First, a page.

🧠 Why Generalists Make The Best Investors

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Welcome to Long-Term Mindset, the Wednesday newsletter that helps you invest better.

Today’s Issue Read Time: <3 minutes

  • Lesson: Be a generalist
  • Timeless Content: Why does the stock market go up?
  • Thread: Alex Honnold and stock picking
  • Resource: Earnings explained videos!
  • And more!

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Back in 1592, Robert Greene was an influential English author with his own pamphlet. Akin to today’s newsletter industry, Greene used his pamphlet to insult an under-educated industry newbie.

Greene called him an “upstart crow…[who is] an absolute Johannes Factorum,” which translates to a “jack-of-all-trades.” It is from this sentiment that we get the insult:

“A jack-of-all-trades is a master of none.”

The spat might have ended there. But that up-and-comer was William Shakespeare.

We know whose side history landed on. The full quote — attributed to Shakespeare — now says:

“A jack-of-all-trades is a master of none, but oftentimes better than a master of one.” [emphasis added]

This story, recounted in David Epstein’s brilliant book Range: Why Generalists Triumph in a Specialized World, has important implications for investors.

One of the toughest things about investing is that the feedback loop is painfully long. A stock’s movement within a year will largely be dictated by “market sentiment”. That’s code for: “the amount of dopamine (greed) or cortisol (fear) pulsing through investors’ veins.”

It’s only over a much longer time frame that you can see if your investment thesis truly played out. That’s because business results — not market sentiment — have been the key driver of returns for decades.

If you wait to learn these lessons from the market, it will take a while. But if you study biology, or physics, or evolution, or even athletics, you have access to fields with much faster feedback loops. You can notice patterns. You can get better at detecting the key driver of results and filtering out the rest as noise.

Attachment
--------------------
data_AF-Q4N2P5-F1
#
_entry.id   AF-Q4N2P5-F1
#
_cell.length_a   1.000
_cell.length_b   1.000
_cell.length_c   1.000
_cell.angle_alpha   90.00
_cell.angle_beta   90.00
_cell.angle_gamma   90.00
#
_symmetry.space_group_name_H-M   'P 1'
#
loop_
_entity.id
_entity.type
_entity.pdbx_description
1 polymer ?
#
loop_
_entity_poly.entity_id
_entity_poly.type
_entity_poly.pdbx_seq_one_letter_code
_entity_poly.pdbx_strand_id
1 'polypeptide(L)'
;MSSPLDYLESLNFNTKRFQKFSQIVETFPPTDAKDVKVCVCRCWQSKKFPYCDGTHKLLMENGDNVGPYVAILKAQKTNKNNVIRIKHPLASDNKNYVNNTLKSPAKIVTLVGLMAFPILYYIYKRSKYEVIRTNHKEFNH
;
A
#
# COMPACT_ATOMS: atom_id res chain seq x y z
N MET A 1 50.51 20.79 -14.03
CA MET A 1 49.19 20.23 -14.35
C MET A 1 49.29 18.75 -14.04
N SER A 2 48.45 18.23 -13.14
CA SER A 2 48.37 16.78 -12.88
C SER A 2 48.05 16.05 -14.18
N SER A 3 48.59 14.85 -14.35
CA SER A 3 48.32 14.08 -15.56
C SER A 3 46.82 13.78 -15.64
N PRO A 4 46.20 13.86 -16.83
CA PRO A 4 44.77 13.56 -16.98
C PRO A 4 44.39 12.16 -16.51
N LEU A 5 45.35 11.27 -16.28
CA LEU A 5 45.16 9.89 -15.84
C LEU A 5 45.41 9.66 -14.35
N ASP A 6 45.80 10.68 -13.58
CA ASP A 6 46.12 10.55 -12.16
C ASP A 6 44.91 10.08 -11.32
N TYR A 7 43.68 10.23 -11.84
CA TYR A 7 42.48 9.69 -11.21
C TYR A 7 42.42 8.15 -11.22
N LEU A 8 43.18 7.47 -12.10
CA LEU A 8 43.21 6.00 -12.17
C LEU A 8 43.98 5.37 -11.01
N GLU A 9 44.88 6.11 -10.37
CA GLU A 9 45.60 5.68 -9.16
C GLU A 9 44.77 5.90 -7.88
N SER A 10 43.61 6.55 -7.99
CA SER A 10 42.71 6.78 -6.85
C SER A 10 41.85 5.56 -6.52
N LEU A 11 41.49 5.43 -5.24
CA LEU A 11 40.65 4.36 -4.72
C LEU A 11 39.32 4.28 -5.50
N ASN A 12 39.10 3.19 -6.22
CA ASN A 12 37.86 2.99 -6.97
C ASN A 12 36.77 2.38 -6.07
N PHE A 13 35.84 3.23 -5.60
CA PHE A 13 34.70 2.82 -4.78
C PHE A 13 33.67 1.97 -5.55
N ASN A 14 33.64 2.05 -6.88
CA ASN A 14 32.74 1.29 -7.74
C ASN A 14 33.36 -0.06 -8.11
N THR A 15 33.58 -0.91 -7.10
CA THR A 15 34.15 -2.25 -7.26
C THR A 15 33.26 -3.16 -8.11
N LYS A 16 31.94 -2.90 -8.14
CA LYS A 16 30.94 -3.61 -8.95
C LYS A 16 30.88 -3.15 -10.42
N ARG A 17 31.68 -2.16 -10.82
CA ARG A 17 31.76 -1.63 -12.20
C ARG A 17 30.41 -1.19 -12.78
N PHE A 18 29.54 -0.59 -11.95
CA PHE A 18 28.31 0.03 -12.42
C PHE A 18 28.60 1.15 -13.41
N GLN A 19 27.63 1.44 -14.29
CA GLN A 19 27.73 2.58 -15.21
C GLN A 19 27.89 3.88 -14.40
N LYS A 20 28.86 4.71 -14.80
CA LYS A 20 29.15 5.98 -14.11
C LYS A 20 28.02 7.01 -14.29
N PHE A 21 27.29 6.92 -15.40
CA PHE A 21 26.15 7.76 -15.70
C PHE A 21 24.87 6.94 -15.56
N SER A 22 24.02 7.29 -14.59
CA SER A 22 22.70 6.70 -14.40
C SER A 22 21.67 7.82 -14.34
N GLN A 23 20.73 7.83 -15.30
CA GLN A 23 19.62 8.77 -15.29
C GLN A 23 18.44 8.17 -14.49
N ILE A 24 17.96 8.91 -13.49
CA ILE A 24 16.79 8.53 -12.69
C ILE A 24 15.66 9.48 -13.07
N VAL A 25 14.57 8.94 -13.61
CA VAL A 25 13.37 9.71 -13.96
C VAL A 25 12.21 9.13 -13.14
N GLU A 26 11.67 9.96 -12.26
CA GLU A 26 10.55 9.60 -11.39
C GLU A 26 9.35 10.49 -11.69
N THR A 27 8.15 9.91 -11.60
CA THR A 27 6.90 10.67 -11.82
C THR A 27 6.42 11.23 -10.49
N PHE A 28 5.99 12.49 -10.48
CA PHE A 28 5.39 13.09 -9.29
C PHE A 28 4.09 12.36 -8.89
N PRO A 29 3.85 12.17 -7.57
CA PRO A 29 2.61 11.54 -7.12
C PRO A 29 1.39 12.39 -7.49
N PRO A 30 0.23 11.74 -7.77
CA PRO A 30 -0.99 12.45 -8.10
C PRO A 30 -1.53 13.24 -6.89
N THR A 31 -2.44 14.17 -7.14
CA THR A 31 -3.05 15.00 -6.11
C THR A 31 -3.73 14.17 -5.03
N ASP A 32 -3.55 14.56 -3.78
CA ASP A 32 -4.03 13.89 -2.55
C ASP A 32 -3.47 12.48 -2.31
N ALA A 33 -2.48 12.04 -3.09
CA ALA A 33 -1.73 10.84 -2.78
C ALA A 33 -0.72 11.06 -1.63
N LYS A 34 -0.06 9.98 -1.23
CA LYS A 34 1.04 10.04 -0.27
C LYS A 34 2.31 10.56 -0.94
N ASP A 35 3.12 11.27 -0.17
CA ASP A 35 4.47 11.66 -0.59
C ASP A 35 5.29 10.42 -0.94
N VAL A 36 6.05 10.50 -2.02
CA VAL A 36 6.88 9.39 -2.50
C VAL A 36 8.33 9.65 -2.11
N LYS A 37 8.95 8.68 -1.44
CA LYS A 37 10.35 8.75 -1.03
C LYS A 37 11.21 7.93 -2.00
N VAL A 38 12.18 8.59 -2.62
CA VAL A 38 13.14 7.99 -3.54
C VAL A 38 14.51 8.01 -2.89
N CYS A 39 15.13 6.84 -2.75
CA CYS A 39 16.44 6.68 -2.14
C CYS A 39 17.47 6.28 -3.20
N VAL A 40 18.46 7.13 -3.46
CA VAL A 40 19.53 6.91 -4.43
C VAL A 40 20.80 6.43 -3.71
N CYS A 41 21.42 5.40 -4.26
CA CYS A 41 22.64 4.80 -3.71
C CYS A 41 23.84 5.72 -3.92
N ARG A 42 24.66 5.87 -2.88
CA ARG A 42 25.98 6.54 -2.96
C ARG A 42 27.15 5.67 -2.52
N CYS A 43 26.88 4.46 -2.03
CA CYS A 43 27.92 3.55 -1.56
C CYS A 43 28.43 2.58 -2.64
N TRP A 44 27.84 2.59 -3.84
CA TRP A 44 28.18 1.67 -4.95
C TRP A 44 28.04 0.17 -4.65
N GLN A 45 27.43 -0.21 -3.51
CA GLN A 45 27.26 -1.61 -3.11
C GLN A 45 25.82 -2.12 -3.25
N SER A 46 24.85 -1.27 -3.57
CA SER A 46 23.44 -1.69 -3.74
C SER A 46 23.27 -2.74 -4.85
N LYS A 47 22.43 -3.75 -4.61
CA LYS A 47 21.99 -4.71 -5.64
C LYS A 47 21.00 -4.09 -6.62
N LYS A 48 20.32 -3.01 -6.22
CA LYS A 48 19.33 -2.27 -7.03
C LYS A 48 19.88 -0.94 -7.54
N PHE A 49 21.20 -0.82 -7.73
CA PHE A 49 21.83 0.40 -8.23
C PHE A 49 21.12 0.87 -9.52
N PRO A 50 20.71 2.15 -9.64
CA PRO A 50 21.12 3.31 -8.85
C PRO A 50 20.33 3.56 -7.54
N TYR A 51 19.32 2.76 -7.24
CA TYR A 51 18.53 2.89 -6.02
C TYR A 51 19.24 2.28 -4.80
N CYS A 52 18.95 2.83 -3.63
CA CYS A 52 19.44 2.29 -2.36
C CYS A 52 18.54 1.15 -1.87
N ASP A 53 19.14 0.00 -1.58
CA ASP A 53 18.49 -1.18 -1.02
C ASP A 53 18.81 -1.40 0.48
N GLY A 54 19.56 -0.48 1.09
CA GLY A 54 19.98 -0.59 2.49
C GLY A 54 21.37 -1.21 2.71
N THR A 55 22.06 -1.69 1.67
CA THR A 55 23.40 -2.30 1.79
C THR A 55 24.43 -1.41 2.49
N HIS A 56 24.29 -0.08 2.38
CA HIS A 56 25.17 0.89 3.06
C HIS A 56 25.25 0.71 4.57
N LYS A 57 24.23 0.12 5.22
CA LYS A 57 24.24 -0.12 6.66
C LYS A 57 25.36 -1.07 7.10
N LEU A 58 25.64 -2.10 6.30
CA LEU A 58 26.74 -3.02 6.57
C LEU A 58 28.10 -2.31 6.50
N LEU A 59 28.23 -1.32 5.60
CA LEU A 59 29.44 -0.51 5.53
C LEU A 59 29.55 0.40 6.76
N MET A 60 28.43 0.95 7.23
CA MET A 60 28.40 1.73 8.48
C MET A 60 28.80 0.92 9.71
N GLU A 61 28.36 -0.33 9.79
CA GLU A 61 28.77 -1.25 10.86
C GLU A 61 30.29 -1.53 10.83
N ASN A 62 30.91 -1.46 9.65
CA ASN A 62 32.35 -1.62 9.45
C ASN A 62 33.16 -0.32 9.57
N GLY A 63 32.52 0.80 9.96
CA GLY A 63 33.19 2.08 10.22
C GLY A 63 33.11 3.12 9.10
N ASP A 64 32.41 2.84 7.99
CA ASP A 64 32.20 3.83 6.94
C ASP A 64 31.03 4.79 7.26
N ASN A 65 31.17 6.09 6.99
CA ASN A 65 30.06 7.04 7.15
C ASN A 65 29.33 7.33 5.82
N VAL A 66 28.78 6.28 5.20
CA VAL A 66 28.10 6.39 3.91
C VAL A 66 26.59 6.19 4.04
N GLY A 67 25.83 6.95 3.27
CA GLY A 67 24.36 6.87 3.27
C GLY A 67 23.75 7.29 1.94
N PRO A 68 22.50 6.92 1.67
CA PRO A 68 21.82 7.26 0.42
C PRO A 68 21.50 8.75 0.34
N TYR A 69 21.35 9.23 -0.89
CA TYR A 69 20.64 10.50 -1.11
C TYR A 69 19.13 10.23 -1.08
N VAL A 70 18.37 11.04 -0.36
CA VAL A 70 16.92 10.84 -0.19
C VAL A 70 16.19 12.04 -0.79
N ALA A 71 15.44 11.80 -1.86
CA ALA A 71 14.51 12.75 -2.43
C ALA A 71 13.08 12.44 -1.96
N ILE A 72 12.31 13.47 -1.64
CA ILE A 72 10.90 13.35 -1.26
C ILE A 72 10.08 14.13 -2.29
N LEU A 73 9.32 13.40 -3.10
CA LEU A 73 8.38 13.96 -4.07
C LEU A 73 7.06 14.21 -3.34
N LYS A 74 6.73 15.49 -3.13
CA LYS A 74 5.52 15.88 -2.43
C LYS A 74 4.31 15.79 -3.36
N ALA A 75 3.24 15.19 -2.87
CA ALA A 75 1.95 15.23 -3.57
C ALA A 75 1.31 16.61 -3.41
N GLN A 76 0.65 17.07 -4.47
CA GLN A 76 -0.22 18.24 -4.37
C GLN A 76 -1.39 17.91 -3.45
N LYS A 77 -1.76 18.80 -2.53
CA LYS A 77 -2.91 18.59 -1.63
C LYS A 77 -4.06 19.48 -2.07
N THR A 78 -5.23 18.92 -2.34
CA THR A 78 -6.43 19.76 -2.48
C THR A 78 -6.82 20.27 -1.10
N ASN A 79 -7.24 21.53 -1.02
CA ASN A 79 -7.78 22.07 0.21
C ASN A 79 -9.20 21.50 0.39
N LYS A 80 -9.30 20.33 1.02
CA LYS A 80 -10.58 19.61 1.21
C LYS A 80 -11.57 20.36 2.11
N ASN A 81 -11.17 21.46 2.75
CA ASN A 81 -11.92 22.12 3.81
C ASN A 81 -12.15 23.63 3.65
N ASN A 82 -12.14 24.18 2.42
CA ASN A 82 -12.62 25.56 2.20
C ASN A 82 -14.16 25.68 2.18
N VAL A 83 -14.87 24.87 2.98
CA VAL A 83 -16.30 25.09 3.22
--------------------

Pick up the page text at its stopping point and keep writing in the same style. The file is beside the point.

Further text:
Then, you can apply what you have learned to investing. That’s why — while we acknowledge the importance of valuation — we focus more on a company’s mission, growth, and margins. Over the long run, those are most likely to generate market-smashing returns.

Spend at least as much time finding patterns outside of investing, and start seeing where you can apply the lessons you learn in your own portfolio.

Wishing you investing success,

– Brian Feroldi, Brian Stoffel, & Brian Withers

One Simple Graphic:

One Piece of Timeless Content:

Ever wonder why the stock market goes up? Brian Feroldi was recently on the How To Money podcast and answered that question plus discussed why stocks are the top-performing asset class, investing alongside psychopaths, and much more!

One Thread:

One Resource:

Interested in diving into earnings but don’t have the time? We’ve got you covered! On our YouTube channel, we break down some of the most widely followed stocks.

Here are three from recent weeks that you might be interested in:

One Quote:

More From Us:

πŸ“— If you’ve read Brian Feroldi’s book, he’d love a review.

πŸ‘¨β€πŸŽ“ The next cohort of our Valuation Explained Simply course starts in May! Click here for details.